The Informal Screen Media Economy of Ukraine

Sivak, Kateryna (2023) The Informal Screen Media Economy of Ukraine. Doctoral thesis, Birmingham City University.

Kateryna Sivak PhD Thesis published_Final version_Submitted Jul 2023_Final Award Oct 2023.pdf - Accepted Version

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This research explores informal film translation (voice over and subtitling) and distribution (pirate streaming and torrenting) practices in Ukraine, which together comprise what I call the informal screen media economy of Ukraine. This study addresses wider issues of debate around the distinct reasons media piracy exists in non-Western economies. There is already a considerable body of research on piracy outside of the traditional anti-piracy discourse, one that recognises that informal media are not all unequivocally destructive nor that they are necessarily marginal, particularly in non-Western countries. Yet, there remain gaps in the range of geographies and specific types of pirate practices being studied. Furthermore, academics often insufficiently address the intricate conditions of the context within which a given pirate activity is undertaken. Finally, whereas many researchers talk about pirates, considerably fewer talk to them. This project sets out to address these gaps.

Specifically, I examine the distinct practicalities of the informal screen media practices in Ukraine through netnographic observations of pirate sites and in-depth interviews with the Ukrainian informal screen media practitioners. I explore their notably diverse motivations for engaging in these activities and how they negotiate their practices with the complex economic, cultural, and regulatory context of Ukraine. I find that, contrary to common perceptions, the Ukrainian pirates do not oppose the copyright law but operate largely within and around it. A more important factor in piracy in Ukraine instead is the economics of the Ukrainian language. This is reflected in the language exclusivity inherent to most Ukrainian pirate distribution platforms as well as in the motives of some informal translators, for whom their practice is a form of language activism. Overall, I argue for a more holistic approach to researching the informal space of the media economy, especially in non-Western contexts, one that recognises the heterogeneity of this space and explores accordingly intricate factors behind its existence. In addition, this project offers a methodological contribution by providing a detailed reflection on the use of ethnographic methods to study a pirate economy in a non-Western, non-anglophone country.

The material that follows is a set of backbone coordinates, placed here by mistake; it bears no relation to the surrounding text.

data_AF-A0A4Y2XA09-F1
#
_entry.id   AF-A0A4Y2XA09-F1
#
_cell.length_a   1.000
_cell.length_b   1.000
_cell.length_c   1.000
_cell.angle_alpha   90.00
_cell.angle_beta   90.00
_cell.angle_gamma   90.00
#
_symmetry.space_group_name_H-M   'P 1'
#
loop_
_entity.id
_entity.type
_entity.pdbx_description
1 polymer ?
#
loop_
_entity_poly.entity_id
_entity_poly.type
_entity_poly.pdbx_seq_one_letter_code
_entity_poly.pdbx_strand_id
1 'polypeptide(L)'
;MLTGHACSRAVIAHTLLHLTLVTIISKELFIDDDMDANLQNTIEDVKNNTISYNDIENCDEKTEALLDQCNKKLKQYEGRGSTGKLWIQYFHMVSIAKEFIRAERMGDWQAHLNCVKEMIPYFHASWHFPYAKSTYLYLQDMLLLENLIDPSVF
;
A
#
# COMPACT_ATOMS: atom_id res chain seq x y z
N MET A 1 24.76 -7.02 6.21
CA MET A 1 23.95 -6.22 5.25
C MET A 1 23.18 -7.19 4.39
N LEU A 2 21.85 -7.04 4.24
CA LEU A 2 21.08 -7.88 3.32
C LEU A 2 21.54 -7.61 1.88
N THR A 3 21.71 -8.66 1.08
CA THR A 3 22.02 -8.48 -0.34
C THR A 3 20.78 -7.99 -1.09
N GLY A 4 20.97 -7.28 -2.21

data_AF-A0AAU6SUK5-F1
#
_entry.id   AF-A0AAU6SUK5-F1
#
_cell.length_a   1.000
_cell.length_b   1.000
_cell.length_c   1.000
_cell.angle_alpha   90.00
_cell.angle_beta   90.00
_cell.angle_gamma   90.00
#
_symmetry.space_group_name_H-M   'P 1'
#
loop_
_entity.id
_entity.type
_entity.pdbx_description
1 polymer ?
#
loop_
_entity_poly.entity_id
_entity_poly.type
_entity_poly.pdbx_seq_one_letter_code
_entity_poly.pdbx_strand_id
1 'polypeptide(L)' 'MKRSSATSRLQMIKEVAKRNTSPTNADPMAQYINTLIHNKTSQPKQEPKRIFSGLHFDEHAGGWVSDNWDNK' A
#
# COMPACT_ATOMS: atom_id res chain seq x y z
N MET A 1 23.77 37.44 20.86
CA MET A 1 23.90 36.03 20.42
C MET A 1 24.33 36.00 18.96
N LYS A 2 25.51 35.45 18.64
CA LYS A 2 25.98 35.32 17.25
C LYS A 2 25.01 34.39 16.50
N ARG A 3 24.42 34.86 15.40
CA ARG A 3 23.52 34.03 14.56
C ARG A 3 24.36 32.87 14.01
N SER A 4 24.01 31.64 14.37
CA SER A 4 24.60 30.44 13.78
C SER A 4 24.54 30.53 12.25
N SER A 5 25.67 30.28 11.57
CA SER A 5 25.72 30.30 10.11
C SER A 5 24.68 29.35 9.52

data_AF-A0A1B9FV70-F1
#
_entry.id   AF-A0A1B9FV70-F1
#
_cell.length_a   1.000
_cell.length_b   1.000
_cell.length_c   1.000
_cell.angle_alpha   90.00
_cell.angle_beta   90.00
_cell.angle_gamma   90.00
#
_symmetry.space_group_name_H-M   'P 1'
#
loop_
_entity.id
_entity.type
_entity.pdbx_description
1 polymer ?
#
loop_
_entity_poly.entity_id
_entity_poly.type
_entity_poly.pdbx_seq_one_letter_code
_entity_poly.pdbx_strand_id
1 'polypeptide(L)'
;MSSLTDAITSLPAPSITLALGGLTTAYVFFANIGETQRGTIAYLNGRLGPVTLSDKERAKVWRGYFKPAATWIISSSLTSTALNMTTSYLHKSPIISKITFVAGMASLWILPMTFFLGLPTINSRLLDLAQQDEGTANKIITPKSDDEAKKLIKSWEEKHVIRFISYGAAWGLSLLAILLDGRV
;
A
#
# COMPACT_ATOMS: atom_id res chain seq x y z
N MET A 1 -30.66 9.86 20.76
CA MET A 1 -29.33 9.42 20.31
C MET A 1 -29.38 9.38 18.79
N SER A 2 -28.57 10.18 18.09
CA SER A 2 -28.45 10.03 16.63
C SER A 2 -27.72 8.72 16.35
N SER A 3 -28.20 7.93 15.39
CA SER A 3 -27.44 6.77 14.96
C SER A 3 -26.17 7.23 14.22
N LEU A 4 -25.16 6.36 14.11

Item Type: Thesis (Doctoral)
31 July 2023Submitted
2 October 2023Accepted
Uncontrolled Keywords: Informal media economy, piracy, AVT, voice over, file sharing, fansubbing, pirate streaming, language activism
Subjects: CAH24 - media, journalism and communications > CAH24-01 - media, journalism and communications > CAH24-01-05 - media studies
Divisions: Doctoral Research College > Doctoral Theses Collection
Faculty of Arts, Design and Media > College of English and Media
Depositing User: Jaycie Carter
Date Deposited: 14 Nov 2023 11:05
Last Modified: 14 Nov 2023 11:05

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